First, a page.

Question: When a contract has been broken, is a party, who suffers from such breach, entitled to compensation, and in what circumstances? What are liquidated damages? What is a stipulation by way of penalty? Find the answer to the mains question only on Legal Bites. [When a contract has been broken, is a party, who suffers from such… Read More »

Question: When a contract has been broken, is a party, who suffers from such breach, entitled to compensation, and in what circumstances? What are liquidated damages? What is a stipulation by way of penalty? Find the answer to the mains question only on Legal Bites. [When a contract has been broken, is a party, who suffers from such breach, entitled to compensation, and in what circumstances? What are liquidated damages? What is a stipulation by way of penalty?] Answer Section74 of the...

Question: When a contract has been broken, is a party, who suffers from such breach, entitled to compensation, and in what circumstances? What are liquidated damages? What is a stipulation by way of penalty?

Find the answer to the mains question only on Legal Bites. [When a contract has been broken, is a party, who suffers from such breach, entitled to compensation, and in what circumstances? What are liquidated damages? What is a stipulation by way of penalty?]

Answer

Section74 of the act states that “When a contract has been broken, if a sum is named in the contract as the amount be paid in case of such breach, or if the contract contains any other stipulation by way of penalty, the party complaining of the breach is entitled, whether or not actual damage or loss or proved to have been caused thereby, to receive from the party who has broken the contract reasonable compensation not exceeding the amount so named or, as the case may be, the penalty stipulated for.”

The Section basically talks about the liquidated damage that the affected party is entitled to. This Section states that if there is any clause in the contract which states that in case of breach by either party the defendant shall be liable to pay the certain specified amount then the plaintiff can claim the amount if there is a breach in contract.

It means that the plaintiff can claim the amount mentioned in the contract (also called liquidated amount) from the defendant in case there is a breach of contract. It can be further deduced that amount stipulated in the contract can be claimed even if the actual loss or the damage was proved by him or not.

If this sum is a genuine pre-estimate of damages likely to flow from the breach, it is called liquidated damages. If it is not a genuine pre-estimate of the loss, but an amount intended to secure the performance of the contract, it may be a penalty.

In the Indian Contract Act 1872, there is no distinction made between liquidated damages and penalties. All stipulations in a contract providing for the consequences of a breach are treated in the same manner. In both cases, a measure of damages is a reasonable compensation not exceeding the amount of penalty stipulated.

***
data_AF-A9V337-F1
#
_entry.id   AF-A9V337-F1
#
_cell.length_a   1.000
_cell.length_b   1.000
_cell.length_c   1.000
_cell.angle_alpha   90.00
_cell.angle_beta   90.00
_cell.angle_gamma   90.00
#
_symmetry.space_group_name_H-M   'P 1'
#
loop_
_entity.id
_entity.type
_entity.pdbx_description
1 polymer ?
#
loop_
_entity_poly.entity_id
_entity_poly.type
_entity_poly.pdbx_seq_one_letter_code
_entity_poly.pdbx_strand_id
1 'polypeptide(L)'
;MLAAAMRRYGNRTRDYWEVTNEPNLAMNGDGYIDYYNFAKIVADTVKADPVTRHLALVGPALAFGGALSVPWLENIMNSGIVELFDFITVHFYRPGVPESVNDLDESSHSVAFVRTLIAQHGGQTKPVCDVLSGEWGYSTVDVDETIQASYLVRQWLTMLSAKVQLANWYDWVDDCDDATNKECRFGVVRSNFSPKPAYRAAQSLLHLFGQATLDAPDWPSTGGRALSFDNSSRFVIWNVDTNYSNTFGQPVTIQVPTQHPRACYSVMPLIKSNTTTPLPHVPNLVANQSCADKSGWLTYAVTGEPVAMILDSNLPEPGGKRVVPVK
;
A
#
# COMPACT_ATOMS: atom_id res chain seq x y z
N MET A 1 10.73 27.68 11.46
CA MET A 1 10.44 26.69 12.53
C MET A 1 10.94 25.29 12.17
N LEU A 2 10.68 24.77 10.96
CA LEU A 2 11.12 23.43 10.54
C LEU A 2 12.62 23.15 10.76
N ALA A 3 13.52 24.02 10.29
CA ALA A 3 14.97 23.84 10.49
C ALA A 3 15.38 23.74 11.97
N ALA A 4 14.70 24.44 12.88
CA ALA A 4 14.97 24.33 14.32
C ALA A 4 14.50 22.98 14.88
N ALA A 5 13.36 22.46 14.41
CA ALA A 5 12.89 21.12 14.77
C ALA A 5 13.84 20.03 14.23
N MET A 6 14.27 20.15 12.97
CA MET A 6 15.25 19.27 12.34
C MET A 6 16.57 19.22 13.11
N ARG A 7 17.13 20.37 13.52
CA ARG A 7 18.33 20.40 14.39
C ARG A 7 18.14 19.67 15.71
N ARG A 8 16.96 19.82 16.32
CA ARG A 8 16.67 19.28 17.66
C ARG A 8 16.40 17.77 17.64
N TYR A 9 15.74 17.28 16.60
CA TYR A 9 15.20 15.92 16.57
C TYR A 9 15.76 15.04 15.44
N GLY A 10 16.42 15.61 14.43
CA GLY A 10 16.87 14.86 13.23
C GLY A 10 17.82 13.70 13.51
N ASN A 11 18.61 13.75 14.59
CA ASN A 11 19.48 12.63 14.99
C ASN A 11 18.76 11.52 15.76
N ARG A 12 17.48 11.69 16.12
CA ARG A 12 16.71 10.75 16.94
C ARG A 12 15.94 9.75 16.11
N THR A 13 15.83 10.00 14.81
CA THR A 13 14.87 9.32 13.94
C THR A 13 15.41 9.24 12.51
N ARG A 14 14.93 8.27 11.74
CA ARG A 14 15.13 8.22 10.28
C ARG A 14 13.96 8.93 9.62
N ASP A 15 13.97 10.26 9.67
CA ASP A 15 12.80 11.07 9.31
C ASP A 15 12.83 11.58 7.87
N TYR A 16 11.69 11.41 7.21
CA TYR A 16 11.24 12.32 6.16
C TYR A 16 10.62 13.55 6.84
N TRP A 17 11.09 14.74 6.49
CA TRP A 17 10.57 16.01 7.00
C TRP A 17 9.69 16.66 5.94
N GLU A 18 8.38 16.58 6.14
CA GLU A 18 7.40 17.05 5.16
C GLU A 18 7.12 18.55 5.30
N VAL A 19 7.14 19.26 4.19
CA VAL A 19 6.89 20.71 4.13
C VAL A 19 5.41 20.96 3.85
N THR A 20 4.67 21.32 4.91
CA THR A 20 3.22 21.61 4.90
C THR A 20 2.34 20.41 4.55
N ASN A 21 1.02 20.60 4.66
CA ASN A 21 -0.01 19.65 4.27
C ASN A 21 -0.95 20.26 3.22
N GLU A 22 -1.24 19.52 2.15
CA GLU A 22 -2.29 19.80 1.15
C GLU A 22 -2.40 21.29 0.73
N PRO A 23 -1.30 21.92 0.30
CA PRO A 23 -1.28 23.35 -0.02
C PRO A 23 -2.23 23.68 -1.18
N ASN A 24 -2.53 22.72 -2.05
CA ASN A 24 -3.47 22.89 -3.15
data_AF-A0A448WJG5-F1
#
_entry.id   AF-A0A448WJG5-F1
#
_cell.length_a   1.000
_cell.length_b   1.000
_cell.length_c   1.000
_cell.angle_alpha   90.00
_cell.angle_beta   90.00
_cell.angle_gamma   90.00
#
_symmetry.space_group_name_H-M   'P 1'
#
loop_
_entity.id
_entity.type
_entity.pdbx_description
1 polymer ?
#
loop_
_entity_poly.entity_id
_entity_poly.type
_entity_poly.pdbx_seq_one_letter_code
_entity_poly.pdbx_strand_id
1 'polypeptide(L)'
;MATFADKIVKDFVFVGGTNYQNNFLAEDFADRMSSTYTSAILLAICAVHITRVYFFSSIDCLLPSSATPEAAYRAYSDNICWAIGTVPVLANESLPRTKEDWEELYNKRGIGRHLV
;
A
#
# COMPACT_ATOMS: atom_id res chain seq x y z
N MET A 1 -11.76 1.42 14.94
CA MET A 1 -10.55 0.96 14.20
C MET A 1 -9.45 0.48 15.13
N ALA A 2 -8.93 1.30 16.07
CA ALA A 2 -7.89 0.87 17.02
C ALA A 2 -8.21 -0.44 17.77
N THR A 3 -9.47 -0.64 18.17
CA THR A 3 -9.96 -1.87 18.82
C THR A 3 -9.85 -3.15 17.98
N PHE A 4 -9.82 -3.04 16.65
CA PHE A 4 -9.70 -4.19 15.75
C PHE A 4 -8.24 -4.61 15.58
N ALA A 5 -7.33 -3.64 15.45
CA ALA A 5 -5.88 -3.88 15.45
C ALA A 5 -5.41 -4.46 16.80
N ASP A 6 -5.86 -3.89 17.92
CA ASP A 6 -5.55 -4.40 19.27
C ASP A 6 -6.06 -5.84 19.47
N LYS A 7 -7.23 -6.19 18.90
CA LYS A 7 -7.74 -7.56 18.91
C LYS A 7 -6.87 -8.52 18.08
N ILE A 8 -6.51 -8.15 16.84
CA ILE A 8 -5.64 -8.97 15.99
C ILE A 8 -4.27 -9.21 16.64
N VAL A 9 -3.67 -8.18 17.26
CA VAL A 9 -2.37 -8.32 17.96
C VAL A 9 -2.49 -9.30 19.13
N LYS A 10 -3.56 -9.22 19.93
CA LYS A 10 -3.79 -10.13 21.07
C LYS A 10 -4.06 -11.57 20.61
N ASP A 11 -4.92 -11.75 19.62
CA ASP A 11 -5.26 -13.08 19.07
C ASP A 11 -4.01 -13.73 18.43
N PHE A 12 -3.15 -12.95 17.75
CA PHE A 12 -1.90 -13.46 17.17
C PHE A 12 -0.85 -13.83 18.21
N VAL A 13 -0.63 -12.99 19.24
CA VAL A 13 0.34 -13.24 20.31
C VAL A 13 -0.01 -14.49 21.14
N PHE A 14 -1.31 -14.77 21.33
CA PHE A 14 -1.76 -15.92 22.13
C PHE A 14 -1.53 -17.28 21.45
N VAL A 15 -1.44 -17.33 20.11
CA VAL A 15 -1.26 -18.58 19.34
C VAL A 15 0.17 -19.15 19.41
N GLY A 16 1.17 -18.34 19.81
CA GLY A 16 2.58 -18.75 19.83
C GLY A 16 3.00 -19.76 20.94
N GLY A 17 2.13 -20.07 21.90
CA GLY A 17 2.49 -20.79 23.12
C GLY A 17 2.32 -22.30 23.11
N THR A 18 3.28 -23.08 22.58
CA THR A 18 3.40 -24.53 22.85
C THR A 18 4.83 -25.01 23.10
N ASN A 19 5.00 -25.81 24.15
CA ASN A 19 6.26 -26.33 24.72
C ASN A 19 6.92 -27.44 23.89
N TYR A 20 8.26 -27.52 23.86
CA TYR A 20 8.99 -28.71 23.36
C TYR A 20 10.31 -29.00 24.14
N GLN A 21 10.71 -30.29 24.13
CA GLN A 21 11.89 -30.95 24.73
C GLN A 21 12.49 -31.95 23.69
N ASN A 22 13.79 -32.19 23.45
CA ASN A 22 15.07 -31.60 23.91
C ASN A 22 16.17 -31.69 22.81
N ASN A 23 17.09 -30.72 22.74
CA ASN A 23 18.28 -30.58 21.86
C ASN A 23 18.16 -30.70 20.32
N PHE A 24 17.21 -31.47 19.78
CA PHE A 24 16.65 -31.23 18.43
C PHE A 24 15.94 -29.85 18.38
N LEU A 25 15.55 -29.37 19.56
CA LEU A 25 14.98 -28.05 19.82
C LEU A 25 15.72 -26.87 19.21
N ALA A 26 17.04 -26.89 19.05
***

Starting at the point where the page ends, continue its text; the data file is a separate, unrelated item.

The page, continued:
The caveat as per this rule is that the amount stipulated in the contract is the maximum amount that the plaintiff can claim. Cases may arise that the court can award compensation less than the stipulated amount if it appears reasonable as per the circumstance of the case, but the no case the amount awarded by the court should be more than the stipulated amount.

English law regarding the liquidated damage and penalty is somewhat different from what has been followed in India

  1. Firstly, as per English law, there is a differentiation between the liquidated damage and the penalty, whereas as per the Indian law, Section 74 has dispensed with the need of providing separate provision for penalty and liquidated damage
  2. Secondly, as per English law, the court must either accept the liquidated amount in full or reject in toto, but as per Indian law, the court either accepts the full amount or can reduce the amount to what appears reasonable as per the situation.

In the case of Fateh Chand,[AIR 1963 SC 1405] the court has explicitly said that Section 74 of the Act is an attempt to reduce all the refinements of the English Law by eliminating the difference between liquidated damage and penalty.


Law of Contract Mains Questions Series: Important Questions for Judiciary, APO & University Exams

  1. Law of Contract Mains Questions Series Part-I
  2. Law of Contract Mains Questions Series Part-II
  3. Law of Contract Mains Questions Series Part-III
  4. Law of Contract Mains Questions Series Part-IV
  5. Law of Contract Mains Questions Series Part-V
  6. Law of Contract Mains Questions Series Part-VI
  7. Law of Contract Mains Questions Series Part-VII
  8. Law of Contract Mains Questions Series Part-VIII
  9. Law of Contract Mains Questions Series Part-IX
  10. Law of Contract Mains Questions Series Part-X
Updated On 18 Feb 2022 5:30 AM GMT
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